birding

Dan Pancamo

Today we hear the next in our series Wildlife Matters.  DNR Wildlife Biologist takes a look at some of the migratory birds we see here in the Northwoods.

    

Alan Huett

A birding festival this weekend gets people out and about to Northwoods birding spots.

The North Lakeland Discovery Center in Manitowish Waters hosts the Northwoods Birding Festival this weekend.

Discovery Center Research and Monitoring Coordinator Heather Lumpkin says it aims to engage birders of all levels. 

Mike Baird via https://flic.kr/p/JAwGP

With the ice slowly melting, loons are starting to return to the Northwoods. 

Though this winter has been long, one wildlife rehabilitator says it’s been much better for loons than last year.

Marge Gibson from the Raptor Education Group remembers that last spring she treated dozens of loons that had been caught in ice storms while in flight. 

Slideshow: Spring Birds in the Northwoods

Apr 24, 2014
Mitch Mode / WXPR News

On an early April morning north of Rhinelander, WXPR Contributor Mitch Mode captured images of several bird species returning to the Northwoods this spring.  

Natalie Jablonski / WXPR News

Birders were out before dawn this weekend for the annual Midwest Crane Count.  

     

“We’ll it’s about 6 oclock in the morning.  The rain is coming down lightly, but we’re out here counting cranes, or trying to.  Listening for their territorial calls or their guard calls.” 

Oneida County Coordinator Bob Dall explains that every spring, volunteers spread out to document sandhill crane populations, as well as rare sightings of whooping cranes.

Natalie Jablonski / WXPR News

Volunteers are getting ready to count Wisconsin’s cranes.  The Midwest Crane Count happens April 12th, organized by the International Crane Foundation.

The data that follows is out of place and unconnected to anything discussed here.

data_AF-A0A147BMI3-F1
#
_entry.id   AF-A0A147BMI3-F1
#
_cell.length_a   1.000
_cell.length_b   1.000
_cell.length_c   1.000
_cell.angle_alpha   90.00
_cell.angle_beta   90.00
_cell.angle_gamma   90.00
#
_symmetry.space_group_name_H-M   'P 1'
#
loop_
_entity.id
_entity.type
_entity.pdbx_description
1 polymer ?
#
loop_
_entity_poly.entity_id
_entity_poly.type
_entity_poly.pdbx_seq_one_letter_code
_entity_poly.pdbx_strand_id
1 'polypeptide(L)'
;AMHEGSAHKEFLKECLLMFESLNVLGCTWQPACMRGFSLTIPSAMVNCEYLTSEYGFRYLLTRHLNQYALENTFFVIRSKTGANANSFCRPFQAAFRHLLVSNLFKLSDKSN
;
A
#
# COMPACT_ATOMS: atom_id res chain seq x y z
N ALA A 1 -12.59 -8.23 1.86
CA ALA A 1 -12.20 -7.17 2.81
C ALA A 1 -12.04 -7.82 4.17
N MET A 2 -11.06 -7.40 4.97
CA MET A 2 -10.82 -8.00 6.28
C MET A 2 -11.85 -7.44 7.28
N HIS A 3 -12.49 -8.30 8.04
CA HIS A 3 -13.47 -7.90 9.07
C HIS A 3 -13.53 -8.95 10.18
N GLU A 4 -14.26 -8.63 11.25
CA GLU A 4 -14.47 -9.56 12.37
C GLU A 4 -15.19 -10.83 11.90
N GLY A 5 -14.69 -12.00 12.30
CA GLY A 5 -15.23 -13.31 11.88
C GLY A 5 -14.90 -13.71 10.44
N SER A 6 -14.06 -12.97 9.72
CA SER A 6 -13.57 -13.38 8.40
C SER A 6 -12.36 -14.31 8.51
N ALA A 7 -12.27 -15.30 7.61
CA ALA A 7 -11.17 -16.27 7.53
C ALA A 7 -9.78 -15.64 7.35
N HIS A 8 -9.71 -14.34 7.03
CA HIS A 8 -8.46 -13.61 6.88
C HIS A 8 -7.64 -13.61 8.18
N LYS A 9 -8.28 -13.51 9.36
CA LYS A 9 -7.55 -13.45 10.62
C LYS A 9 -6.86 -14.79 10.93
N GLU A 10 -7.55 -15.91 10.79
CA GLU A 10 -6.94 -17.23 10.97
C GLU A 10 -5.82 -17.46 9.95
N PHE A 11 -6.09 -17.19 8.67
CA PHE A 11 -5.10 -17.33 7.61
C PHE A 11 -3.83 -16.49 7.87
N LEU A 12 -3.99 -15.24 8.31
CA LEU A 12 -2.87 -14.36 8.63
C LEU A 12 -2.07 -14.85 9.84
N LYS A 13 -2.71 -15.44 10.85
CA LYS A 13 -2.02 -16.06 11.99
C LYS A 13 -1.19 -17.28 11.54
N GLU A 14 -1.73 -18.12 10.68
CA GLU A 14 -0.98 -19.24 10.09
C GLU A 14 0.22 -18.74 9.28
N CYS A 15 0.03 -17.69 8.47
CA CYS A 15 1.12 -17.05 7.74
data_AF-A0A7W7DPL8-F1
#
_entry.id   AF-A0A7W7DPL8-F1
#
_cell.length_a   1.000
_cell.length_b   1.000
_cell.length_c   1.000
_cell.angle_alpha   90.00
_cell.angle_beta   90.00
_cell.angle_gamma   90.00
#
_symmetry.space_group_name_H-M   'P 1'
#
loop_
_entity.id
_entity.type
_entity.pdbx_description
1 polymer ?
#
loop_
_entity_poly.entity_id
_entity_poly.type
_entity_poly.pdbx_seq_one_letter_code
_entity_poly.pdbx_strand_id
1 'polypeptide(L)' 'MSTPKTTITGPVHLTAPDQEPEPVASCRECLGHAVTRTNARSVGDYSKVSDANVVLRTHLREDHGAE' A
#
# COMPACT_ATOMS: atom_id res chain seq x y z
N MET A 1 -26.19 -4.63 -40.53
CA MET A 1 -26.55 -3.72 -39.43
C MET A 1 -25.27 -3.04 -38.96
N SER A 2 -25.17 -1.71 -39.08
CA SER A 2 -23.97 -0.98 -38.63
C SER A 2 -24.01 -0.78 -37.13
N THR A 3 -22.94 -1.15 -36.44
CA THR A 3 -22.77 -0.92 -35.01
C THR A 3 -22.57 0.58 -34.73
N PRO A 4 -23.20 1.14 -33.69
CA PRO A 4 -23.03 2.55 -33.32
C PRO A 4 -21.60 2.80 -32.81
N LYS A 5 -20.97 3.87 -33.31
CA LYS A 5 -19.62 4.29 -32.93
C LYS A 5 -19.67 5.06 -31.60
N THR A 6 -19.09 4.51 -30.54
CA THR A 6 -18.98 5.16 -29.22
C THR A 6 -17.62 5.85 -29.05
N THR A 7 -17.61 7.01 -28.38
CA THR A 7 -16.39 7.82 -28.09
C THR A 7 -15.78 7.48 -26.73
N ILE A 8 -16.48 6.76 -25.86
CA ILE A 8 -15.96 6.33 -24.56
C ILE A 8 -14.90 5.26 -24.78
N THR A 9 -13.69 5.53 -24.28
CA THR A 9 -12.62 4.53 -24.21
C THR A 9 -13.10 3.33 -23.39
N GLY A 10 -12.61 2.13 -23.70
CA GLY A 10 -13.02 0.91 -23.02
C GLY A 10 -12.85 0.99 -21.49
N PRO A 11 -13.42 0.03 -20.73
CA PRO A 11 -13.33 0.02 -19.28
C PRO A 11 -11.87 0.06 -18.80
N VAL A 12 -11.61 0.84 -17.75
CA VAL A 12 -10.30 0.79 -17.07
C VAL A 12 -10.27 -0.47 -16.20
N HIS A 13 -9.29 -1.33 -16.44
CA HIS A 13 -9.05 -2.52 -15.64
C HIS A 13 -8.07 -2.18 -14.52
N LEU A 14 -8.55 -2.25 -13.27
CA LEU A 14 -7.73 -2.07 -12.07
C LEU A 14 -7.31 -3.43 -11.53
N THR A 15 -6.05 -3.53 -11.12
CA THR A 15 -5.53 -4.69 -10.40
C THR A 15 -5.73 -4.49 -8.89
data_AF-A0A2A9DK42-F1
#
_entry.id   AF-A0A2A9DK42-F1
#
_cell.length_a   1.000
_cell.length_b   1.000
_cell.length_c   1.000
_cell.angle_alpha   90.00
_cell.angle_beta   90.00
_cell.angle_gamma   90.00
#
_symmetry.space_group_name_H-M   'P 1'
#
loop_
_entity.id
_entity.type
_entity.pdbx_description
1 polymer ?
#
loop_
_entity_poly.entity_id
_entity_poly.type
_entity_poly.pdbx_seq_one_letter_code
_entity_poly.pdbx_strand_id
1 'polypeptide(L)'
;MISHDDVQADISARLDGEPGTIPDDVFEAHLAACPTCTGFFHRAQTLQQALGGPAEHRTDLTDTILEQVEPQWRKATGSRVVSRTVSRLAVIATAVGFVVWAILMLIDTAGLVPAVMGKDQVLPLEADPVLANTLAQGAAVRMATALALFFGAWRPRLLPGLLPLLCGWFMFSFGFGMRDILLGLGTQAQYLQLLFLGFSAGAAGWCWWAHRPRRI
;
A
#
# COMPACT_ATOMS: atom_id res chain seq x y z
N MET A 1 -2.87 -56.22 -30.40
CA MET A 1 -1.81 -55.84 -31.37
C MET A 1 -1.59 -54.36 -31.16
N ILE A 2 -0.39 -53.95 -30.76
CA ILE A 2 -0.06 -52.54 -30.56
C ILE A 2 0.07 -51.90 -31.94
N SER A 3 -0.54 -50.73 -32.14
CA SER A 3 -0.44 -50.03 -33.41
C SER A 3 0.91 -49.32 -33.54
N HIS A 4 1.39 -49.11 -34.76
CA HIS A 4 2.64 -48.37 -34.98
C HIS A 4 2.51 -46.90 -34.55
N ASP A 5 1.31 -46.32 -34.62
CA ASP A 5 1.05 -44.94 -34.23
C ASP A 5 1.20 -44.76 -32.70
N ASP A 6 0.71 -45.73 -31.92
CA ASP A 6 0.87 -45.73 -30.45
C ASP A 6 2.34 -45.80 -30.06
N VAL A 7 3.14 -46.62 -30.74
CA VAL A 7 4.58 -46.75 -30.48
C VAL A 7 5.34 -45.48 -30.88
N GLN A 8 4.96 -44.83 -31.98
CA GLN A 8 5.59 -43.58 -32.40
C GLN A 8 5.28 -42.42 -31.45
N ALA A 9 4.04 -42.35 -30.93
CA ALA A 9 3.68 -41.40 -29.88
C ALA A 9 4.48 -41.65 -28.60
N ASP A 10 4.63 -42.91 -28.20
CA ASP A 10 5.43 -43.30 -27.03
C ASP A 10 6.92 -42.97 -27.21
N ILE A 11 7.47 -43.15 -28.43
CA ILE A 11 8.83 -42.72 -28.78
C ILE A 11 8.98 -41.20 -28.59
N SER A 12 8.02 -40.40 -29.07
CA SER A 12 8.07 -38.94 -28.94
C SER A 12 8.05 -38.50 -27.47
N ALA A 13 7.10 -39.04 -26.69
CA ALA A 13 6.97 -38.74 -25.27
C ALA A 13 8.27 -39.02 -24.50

The count happens early in the morning, between 5:30 and 7:30 a.m.  Oneida County coordinator Bob Dall says volunteers look and listen for a crane’s call at about 40 known nesting sites in the county.   

“Some of our local wildlife areas like Thunder Marsh, areas near open flowages and wetland bogs.  Cranberry marshes are very popular for cranes, they love to feed or nest there.” 

USFWS Mountain Prairie

A third of Wisconsin residents age 16 and over are birders.  That’s according to a new survey from the U.S. Fish and Wildlife Service, which ranks Wisconsin’s percentage of birders second highest in the nation, tied with West Virginia. 

The report defined birders as those who traveled at least one mile to watch birds, or reported paying close attention to the birds around their house. 

Ryan Brady, research scientist with the Wisconsin DNR in Ashland, says he’s not surprised by the high number. 

Live from the White Pine - Laura Erickson

Aug 5, 2013
Peg Arnold

Laura Erickson, creator and host of For the Birds, stopped by the WXPR studios Friday July 26th sharing her Conservation Big Year presentation with bird-loving WXPR members.

A major component of a birding big year is to see and document as many species as possible within the calendar year. Laura describes her objectives.